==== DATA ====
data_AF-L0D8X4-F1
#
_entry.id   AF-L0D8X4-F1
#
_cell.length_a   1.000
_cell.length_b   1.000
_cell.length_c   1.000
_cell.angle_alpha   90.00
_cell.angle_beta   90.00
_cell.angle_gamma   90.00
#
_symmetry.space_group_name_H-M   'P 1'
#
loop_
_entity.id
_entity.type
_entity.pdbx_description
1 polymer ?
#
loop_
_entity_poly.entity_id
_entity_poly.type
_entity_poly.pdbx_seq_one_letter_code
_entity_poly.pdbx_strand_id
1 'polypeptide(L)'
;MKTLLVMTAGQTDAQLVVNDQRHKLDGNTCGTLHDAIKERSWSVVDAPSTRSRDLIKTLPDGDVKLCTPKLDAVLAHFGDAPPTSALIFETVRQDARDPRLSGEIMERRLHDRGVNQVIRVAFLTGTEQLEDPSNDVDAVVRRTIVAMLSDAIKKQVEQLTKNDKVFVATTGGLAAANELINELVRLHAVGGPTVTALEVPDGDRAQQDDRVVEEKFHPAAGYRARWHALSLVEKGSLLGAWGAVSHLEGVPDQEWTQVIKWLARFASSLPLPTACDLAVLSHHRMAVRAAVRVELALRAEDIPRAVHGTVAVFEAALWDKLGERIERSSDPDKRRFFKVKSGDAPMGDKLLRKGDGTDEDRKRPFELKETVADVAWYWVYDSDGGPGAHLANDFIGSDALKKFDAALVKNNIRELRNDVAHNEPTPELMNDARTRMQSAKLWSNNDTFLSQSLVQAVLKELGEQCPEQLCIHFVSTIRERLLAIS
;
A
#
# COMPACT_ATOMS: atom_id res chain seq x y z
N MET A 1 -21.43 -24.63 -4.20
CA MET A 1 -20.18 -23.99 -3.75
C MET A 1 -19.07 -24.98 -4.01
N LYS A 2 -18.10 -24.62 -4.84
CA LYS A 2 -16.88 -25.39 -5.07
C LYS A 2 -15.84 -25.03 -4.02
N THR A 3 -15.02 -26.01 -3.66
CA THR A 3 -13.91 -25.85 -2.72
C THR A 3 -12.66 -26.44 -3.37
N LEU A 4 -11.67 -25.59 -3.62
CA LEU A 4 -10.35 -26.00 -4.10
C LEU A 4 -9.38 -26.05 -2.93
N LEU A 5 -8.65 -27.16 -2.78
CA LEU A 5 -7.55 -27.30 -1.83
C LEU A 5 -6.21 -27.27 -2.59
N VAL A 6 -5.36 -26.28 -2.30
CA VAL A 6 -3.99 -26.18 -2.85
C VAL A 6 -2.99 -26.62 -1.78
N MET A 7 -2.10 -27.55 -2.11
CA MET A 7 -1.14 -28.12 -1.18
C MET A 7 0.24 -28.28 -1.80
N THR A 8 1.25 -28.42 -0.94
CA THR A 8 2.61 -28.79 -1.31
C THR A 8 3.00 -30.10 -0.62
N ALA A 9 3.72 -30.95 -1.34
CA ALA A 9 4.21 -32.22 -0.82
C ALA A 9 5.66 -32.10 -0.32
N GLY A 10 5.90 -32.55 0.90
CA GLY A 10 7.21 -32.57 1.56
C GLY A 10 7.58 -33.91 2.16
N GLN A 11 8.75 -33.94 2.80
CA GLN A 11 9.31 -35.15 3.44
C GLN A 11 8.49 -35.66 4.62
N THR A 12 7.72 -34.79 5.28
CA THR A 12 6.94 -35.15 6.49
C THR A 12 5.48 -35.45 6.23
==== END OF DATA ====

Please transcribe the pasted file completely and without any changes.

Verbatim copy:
data_AF-L0D8X4-F1
#
_entry.id   AF-L0D8X4-F1
#
_cell.length_a   1.000
_cell.length_b   1.000
_cell.length_c   1.000
_cell.angle_alpha   90.00
_cell.angle_beta   90.00
_cell.angle_gamma   90.00
#
_symmetry.space_group_name_H-M   'P 1'
#
loop_
_entity.id
_entity.type
_entity.pdbx_description
1 polymer ?
#
loop_
_entity_poly.entity_id
_entity_poly.type
_entity_poly.pdbx_seq_one_letter_code
_entity_poly.pdbx_strand_id
1 'polypeptide(L)'
;MKTLLVMTAGQTDAQLVVNDQRHKLDGNTCGTLHDAIKERSWSVVDAPSTRSRDLIKTLPDGDVKLCTPKLDAVLAHFGDAPPTSALIFETVRQDARDPRLSGEIMERRLHDRGVNQVIRVAFLTGTEQLEDPSNDVDAVVRRTIVAMLSDAIKKQVEQLTKNDKVFVATTGGLAAANELINELVRLHAVGGPTVTALEVPDGDRAQQDDRVVEEKFHPAAGYRARWHALSLVEKGSLLGAWGAVSHLEGVPDQEWTQVIKWLARFASSLPLPTACDLAVLSHHRMAVRAAVRVELALRAEDIPRAVHGTVAVFEAALWDKLGERIERSSDPDKRRFFKVKSGDAPMGDKLLRKGDGTDEDRKRPFELKETVADVAWYWVYDSDGGPGAHLANDFIGSDALKKFDAALVKNNIRELRNDVAHNEPTPELMNDARTRMQSAKLWSNNDTFLSQSLVQAVLKELGEQCPEQLCIHFVSTIRERLLAIS
;
A
#
# COMPACT_ATOMS: atom_id res chain seq x y z
N MET A 1 -21.43 -24.63 -4.20
CA MET A 1 -20.18 -23.99 -3.75
C MET A 1 -19.07 -24.98 -4.01
N LYS A 2 -18.10 -24.62 -4.84
CA LYS A 2 -16.88 -25.39 -5.07
C LYS A 2 -15.84 -25.03 -4.02
N THR A 3 -15.02 -26.01 -3.66
CA THR A 3 -13.91 -25.85 -2.72
C THR A 3 -12.66 -26.44 -3.37
N LEU A 4 -11.67 -25.59 -3.62
CA LEU A 4 -10.35 -26.00 -4.10
C LEU A 4 -9.38 -26.05 -2.93
N LEU A 5 -8.65 -27.16 -2.78
CA LEU A 5 -7.55 -27.30 -1.83
C LEU A 5 -6.21 -27.27 -2.59
N VAL A 6 -5.36 -26.28 -2.30
CA VAL A 6 -3.99 -26.18 -2.85
C VAL A 6 -2.99 -26.62 -1.78
N MET A 7 -2.10 -27.55 -2.11
CA MET A 7 -1.14 -28.12 -1.18
C MET A 7 0.24 -28.28 -1.80
N THR A 8 1.25 -28.42 -0.94
CA THR A 8 2.61 -28.79 -1.31
C THR A 8 3.00 -30.10 -0.62
N ALA A 9 3.72 -30.95 -1.34
CA ALA A 9 4.21 -32.22 -0.82
C ALA A 9 5.66 -32.10 -0.32
N GLY A 10 5.90 -32.55 0.90
CA GLY A 10 7.21 -32.57 1.56
C GLY A 10 7.58 -33.91 2.16
N GLN A 11 8.75 -33.94 2.80
CA GLN A 11 9.31 -35.15 3.44
C GLN A 11 8.49 -35.66 4.62
N THR A 12 7.72 -34.79 5.28
CA THR A 12 6.94 -35.15 6.49
C THR A 12 5.48 -35.45 6.23